So even if I was to sell my blog, the new "owner" would likely drive it into the ground by slathering it with ads and putting in odious content promoting commercial interests and readers, such as they are, would flee in droves. A blog is like a personal service - it is worth little or nothing without the person behind it.
Now, in some cases, highly personal services survive their originators. Houses of fashion continue on long after their founders are dead. Versace is sill around even after its namesake was murdered. Halston hasn't fared as well, sadly. Once the iconic designer is no longer around, all you have is a trademark, and the value of a trademark is like Aether. The value may continue, but it all depends on perception, which is a tricky deal.
Of course, some folks are making a little money off my blog by simply copying it. There are a number of trash blog sites that cut-and-paste a lot of my content and then hope to get a few hits from Google and make a few pennies here and there. If you can do that with 1000 blogs, you might actually make money. Most of these sort of sites are from India or other countries where making money is hard to do. You can't blame them for scraping the Internet for content (and yes, I scrape to - in the form of images).
So what's a blog worth? Probably nothing. Even a vaunted Internet "influencer" with a blog, vlog, YouTube channel, Instagram channel, podcases, merch, promotion agreements, monetization and so on, isn't worth much without them. As much as we despise "influencers" on the Internet, people watch them. The latest trend for influencers is to do something horrific, like lock a child in a hot car on a sunny day and then post it on Instagram - and get millions of hits from horrified people. Bad behavior gets more hits than good, it seems. The whole "influencer" thing is evil. Stop following influencers!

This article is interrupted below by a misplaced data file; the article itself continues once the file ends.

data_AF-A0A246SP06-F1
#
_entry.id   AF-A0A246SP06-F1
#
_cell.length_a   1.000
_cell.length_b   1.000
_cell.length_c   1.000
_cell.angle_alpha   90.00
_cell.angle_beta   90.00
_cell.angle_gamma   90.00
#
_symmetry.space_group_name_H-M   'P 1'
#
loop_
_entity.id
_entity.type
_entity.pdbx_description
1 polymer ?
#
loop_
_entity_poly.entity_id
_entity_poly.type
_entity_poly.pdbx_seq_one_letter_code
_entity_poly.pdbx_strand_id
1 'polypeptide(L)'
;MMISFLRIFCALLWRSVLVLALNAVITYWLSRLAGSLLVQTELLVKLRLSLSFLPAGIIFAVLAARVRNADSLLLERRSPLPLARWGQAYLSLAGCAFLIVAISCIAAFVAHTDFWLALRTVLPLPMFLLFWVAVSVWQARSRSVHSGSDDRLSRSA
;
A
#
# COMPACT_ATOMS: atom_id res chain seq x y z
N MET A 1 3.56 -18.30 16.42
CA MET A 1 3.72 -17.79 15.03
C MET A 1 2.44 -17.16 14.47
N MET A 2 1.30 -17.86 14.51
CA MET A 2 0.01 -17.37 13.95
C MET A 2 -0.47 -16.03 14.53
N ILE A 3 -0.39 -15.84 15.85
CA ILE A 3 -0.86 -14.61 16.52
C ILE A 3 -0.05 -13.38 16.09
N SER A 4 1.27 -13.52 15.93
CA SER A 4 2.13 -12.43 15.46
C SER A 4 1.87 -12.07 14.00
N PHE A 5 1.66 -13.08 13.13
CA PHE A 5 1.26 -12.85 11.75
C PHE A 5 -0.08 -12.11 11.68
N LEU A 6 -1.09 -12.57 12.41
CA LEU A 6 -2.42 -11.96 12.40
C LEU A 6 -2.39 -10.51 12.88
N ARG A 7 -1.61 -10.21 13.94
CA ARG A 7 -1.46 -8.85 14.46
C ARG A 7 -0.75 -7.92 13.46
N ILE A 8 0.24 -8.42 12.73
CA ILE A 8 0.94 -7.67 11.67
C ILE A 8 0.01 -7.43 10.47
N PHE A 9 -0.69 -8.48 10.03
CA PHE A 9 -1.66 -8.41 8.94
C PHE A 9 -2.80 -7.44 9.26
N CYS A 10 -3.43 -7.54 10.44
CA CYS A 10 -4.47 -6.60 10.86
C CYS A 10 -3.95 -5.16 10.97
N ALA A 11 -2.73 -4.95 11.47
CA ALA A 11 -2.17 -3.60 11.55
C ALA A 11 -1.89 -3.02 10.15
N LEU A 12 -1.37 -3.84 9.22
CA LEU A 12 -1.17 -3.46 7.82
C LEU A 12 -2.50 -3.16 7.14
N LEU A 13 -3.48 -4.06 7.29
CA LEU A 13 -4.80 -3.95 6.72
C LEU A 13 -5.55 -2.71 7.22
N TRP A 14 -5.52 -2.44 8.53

The graphic above is from some website (which I cropped out - I ain't promoting that crap!) claiming you can "buy" a blog and start making money at home! Be your own boss! I doubt it, though. Unless you can continually create new content every day or nearly every day, for years on end, and have quality content, you aren't going to retain readers or attract new ones.
I have been at this over a decade now, closing in on 5,000 blog entries (over that amount, if you include some pending drafts I never finished). I can type 100 wpm and just free-associate as I go along (as you may have noticed). For someone doing hunt-and-peck, it just ain't gonna work.
Like I said, the folks who "make money" on the Internet have to work for it. That's why we see these "influencers" doing obnoxious things like taking 500 selfies at the Grand Canyon and making everyone wait while they get the "perfect" shot. It is work - hard work - to make money online.
For me, it is just an amusing hobby and an outlet that helpe me vent my general frustrations with life without having to vent my anger on others. It also gives me a chance to think, sometimes.
What's that worth? Ten cents!